I’ve been wanting to speak on this topic for awhile. It’s been tucked away in an email draft with the subject: Things I Need To Write About #writerproblems. Some of these ideas never see the light of day/make it through my fingers, though most are good. There are without a doubt terrible ideas I’ve had for pieces that should never come into fruition. Still, I like to keep a record of them if not for making myself feel better that I tried but simply for my own personal amusement over their ridiculousness. #writerproblems.

I’ve written in previous posts about how technology has changed so many things for us–culturally, socially, emotionally/mentally/physically/, the list goes on. It has it’s enormously meaningful impact on the world  but comes with dangerous side effects and drawbacks we’re only now starting to understand and accept.

I’m terribly curious by nature and also extremely anxious/strategic (part of the reason it’s taking me so long to get to this idea #overthinkerproblems). It works both for and against me, this very special trait of mine. I breeze through research, knowing the right questions to ask to get the information I need/don’t (good for journalism). I talk to strangers, socialize often and keep chugging along.

Too often I succumb to the darker side of my anxiety/curiosity and I google the shit out of everything. When I came home from buying a new line of products from Clarins (and after evaluating the products in-store and online), I came home to google, “benefits of X product.” I even remember thinking to myself, ‘isn’t this the strangest behavior? Didn’t I just spend nearly an hour in the mall deciding which products I liked, even got a mini-facial in the process to test said products out? Why do I still need to check this out online?’ It was the first time I really took notice of what I was doing. And last month,  I started including more vitamins and supplements in my diet. Most of them need to be taken after a meal. I chose them based on what my multi-vitamins were lacking plus whichever I found would help with muscle/bone strength. Even though I already purchased the vitamins and devised a plan for how I’d space them out throughout the week,  I came back to my Macbook only to read about the benefits of each one of those pills.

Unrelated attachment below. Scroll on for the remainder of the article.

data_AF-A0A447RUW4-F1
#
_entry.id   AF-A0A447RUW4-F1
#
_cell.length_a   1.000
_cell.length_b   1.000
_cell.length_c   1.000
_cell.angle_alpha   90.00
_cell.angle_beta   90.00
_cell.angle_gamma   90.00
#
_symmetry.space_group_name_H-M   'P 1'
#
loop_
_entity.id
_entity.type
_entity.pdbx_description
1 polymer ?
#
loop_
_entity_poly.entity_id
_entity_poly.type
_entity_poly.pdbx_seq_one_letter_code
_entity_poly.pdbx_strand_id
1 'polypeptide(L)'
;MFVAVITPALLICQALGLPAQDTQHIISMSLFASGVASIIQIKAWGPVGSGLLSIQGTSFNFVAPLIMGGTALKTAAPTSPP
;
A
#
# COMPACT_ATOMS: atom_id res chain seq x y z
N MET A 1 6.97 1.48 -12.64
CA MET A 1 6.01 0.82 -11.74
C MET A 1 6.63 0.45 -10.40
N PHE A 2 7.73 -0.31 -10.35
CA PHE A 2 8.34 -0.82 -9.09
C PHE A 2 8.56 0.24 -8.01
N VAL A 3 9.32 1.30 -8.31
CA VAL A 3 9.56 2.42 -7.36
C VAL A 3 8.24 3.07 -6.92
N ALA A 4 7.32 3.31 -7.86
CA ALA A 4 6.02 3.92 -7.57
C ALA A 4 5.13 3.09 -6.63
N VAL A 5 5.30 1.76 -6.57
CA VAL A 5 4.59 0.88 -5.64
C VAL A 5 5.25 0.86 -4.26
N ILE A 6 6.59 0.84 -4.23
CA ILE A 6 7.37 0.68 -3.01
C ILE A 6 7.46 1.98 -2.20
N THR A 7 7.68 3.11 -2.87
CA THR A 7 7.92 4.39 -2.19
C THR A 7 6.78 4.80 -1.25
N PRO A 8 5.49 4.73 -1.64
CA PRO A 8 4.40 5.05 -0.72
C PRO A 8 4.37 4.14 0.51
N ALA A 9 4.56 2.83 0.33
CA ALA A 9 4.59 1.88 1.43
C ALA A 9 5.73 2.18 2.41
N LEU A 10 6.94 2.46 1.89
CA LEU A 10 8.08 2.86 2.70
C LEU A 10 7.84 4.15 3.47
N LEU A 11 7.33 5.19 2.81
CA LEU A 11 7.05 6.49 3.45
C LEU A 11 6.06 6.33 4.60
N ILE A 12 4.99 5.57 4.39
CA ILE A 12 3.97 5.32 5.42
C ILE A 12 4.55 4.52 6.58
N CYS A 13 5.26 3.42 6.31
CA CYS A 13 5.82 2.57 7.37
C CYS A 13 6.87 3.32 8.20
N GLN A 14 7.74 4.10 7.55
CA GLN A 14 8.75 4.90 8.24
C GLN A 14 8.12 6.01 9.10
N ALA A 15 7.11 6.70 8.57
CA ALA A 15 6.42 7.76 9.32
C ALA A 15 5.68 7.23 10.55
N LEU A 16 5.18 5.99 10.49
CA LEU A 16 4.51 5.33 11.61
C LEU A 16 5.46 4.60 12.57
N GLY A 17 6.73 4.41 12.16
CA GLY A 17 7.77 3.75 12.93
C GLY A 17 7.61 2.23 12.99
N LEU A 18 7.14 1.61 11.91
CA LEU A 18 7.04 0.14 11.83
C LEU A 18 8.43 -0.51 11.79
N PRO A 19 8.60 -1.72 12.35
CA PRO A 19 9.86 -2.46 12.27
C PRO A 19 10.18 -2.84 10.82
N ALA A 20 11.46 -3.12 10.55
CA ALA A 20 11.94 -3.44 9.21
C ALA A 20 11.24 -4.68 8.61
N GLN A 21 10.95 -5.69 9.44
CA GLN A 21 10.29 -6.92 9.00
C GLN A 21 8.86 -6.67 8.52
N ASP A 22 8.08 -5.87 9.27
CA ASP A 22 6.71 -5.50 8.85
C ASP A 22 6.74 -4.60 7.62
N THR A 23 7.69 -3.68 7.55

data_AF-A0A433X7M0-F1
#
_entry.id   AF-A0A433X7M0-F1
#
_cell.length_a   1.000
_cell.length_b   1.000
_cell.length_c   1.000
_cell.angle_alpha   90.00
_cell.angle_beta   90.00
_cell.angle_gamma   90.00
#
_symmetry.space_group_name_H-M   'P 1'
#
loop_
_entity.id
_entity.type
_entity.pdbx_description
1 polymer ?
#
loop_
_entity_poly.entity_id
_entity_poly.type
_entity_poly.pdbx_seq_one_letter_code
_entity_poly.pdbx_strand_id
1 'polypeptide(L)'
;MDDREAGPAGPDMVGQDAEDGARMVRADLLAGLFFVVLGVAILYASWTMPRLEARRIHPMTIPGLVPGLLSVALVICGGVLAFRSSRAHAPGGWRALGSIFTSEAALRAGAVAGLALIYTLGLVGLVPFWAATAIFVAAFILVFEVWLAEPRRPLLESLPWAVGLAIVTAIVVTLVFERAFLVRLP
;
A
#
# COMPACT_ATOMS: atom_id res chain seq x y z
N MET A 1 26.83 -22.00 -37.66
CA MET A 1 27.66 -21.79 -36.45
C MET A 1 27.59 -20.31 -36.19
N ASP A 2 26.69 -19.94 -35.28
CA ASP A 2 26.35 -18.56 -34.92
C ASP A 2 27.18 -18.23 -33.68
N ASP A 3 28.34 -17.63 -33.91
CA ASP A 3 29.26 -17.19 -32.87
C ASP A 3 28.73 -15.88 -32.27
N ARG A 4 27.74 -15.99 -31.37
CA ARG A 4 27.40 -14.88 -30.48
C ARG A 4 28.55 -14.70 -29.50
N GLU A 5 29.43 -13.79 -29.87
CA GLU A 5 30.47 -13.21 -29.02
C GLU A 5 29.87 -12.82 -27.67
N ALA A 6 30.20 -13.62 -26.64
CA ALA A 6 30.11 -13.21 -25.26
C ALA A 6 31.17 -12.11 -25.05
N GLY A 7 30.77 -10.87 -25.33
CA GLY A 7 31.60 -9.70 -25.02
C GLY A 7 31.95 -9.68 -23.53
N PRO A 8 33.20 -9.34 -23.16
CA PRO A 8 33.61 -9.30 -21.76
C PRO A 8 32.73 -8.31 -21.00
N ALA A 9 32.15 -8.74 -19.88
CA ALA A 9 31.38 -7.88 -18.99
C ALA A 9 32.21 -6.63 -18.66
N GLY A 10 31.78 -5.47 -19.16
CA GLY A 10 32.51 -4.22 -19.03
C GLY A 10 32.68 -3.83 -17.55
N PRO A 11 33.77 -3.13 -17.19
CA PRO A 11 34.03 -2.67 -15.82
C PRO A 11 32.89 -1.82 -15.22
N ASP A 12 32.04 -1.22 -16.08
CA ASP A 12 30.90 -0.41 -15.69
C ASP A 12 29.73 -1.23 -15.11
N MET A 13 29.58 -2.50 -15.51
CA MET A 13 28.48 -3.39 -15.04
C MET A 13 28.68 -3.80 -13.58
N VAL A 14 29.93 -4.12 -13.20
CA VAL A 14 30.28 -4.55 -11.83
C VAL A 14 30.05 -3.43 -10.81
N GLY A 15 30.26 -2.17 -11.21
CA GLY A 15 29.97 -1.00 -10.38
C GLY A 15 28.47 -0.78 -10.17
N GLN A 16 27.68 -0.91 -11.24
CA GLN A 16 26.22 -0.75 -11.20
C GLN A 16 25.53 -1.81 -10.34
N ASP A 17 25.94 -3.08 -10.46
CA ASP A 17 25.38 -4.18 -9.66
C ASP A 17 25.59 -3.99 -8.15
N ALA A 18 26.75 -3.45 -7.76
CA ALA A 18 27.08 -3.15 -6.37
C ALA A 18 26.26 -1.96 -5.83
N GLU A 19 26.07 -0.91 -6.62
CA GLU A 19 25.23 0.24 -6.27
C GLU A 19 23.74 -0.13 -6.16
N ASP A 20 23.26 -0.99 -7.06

What are we doing to ourselves? Have we become so dependent on technology for validation that we stop using our brains? I’ve become addicted to reading about the benefits of the choices I make, mainly when it comes to my health or body. I’m less concerned somehow about the risks but I pore over the good stuff–how drinking enough water can completely revolutionize my skin, what a good nights sleep can do for your body and mind, the goodness that comes from a dedicated exercise regimen, how thoughts can positively or negatively impact your behavior and body, and so many other meaningless searches. ALL information I’m aware exists and will continue doing regardless of those benefits yet continue down the bottomless pit of interneting away.

DISCLAIMER: This isn’t just because I have too much time on my hands.  On days when I’m completely busy with writing, researching, scouring the internet for editors contact information, or just living in India (which requires lots of other types  of busy work) I still find myself seeking this information. I had to ask myself why is it that I keep coming back to this same, silly activity? Is it because I’ve written those listicles or articles on the benefits of x thing? Or, worse yet, do I actually care about those benefits?